Indein Village in Inle Lake
The Indein Village that connects to the main Inle Lake by narrow canals is a major highlight in the region. A trip to the village can be a fantastic, authentic experience as you will see the weather-beaten stupas and watch people go about their daily life.
Getting to the Indein Village across the Inle Lake is a part of the entertainment of the trip itself. You will see the unique leg-rowing fishermen stand up on their boats with their hands casting net for fishing, and watch the farmers in their canoes tending to their floating gardens.
The Indein Village offers nice views and experiences from two different worlds. The old part of Indein Village is home to a mass of stupas, many of which have been neglected and in some way, have thankfully escaped restoration. Walking there feels like back in time. In the new Indein, there is a nice outdoor market which is set up every 5 days. You can buy spices, tea, peanuts, vegetables, clothing, etc and encounter friendly, smiling local people. Do bring some cash.
What to do and see in Indein
In Dein, occasionally referred to as the ‘Shan Bagan’, is a huge collection of partly restored and partly ruined stupas begun in the 12th century and added to by Shan princes up until the 18th century. It is a highlight of any visit to Nyaung Shwe and should not be missed.
The site lies at the foot of the hills overlooking Inle Lake, which provide a wonderful backdrop. The river is picturesque and carries visitors to small In Dein village, with its numerous cafes and souvenir shops. From here, a short walk through the market area takes you to the start of a long, covered corridor lined with non-stop souvenir stalls which climbs the gentle hill to the central pagoda. During quiet periods, your boatman may moor directly at the foot of the bridge by the entrance to the pagodas.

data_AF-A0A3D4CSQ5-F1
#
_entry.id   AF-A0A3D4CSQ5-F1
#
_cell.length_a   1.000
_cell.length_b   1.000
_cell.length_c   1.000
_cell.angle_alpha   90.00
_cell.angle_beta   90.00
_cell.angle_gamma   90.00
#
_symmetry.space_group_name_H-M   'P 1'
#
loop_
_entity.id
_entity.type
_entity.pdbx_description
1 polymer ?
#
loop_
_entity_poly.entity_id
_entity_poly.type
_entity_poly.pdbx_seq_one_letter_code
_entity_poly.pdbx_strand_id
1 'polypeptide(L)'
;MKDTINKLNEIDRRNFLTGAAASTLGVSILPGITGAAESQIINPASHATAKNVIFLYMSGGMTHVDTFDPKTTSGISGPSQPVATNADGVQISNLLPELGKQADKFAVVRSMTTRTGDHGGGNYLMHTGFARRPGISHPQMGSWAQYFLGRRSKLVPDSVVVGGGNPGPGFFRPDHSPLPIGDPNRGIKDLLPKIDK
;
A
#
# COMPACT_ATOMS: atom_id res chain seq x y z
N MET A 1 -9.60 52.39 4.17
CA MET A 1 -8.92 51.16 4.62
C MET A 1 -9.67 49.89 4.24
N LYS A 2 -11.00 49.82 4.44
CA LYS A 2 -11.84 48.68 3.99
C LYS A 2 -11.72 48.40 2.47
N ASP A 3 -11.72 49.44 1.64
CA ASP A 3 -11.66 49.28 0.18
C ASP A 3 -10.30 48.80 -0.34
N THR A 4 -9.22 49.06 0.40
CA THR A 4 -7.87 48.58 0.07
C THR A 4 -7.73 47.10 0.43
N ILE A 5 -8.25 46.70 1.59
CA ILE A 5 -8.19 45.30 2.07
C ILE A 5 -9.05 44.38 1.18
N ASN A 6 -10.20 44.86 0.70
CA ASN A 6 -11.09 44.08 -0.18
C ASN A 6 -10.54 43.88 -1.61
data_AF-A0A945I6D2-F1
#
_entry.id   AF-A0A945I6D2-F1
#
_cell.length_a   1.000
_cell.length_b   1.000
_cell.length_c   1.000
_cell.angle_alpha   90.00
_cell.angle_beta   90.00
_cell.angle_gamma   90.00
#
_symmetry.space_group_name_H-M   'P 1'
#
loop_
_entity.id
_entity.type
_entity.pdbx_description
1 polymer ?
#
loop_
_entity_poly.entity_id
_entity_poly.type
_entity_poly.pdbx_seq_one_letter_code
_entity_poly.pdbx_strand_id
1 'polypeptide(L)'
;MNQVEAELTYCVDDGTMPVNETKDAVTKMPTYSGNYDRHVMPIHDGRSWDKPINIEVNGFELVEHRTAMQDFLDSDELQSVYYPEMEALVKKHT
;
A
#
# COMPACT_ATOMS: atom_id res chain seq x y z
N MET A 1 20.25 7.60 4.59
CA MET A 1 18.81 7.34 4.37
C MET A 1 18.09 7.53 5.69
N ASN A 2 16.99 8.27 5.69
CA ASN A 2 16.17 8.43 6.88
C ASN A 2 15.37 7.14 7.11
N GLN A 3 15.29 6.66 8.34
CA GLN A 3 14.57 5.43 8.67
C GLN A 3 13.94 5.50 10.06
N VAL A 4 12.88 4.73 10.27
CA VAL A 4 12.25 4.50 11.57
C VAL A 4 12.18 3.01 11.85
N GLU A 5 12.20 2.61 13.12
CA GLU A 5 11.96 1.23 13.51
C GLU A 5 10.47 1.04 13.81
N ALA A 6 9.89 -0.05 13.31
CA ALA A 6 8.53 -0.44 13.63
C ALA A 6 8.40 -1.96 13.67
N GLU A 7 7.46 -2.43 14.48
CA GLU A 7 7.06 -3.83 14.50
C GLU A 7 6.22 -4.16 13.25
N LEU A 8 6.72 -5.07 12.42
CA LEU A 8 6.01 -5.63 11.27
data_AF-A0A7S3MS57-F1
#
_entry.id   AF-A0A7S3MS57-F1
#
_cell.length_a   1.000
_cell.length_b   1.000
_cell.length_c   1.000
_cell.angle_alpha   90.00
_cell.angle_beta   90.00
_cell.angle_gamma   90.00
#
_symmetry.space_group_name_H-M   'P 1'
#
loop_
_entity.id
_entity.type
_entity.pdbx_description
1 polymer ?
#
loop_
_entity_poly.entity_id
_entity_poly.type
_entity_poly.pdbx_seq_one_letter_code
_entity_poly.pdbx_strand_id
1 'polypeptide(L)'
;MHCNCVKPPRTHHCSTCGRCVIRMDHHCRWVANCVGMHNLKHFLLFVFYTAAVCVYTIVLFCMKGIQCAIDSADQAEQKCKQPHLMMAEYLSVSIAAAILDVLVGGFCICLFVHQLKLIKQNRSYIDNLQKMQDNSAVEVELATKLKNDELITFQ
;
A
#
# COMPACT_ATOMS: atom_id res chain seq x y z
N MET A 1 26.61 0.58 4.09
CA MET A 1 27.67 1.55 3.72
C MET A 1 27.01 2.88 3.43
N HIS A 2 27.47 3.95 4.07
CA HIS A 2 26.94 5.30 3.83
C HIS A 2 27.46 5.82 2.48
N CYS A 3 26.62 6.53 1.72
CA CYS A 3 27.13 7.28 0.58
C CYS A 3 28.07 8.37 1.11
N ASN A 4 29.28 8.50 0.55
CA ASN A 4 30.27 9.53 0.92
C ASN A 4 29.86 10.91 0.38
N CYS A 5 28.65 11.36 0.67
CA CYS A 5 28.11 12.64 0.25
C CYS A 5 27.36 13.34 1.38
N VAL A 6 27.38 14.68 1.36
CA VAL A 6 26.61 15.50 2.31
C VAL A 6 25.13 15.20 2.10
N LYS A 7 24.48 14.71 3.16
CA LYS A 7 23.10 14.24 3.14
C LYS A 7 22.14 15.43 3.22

Many of the more spectacular ruined stupas lie to the sides of this main corridor, so try and branch off left as soon as possible to visit the clump of ruins situated to the south, which houses some of the most dramatic and photogenic sites.
The largest of this group of ruins has preserved murals and a recently uncovered Buddha image while moving to the far left of the group will afford wonderful views up the slope towards the main temple site.
From here, a newly sealed track frequented by Pa-O people coming and going from villages further up the slope, leads to the south end of the main stupa ‘forest’. But there’s also a spectacular section on the right side of the main corridor, so head back into the souvenir stalls and look for a small pathway leading off to your right. This will take you on a short circular route around a very quiet group of 10 or so ruined brick stupas clumped densely together. These house particularly good stucco work and carvings overlooked by most visitors. It can get impassable due to vegetation during rainy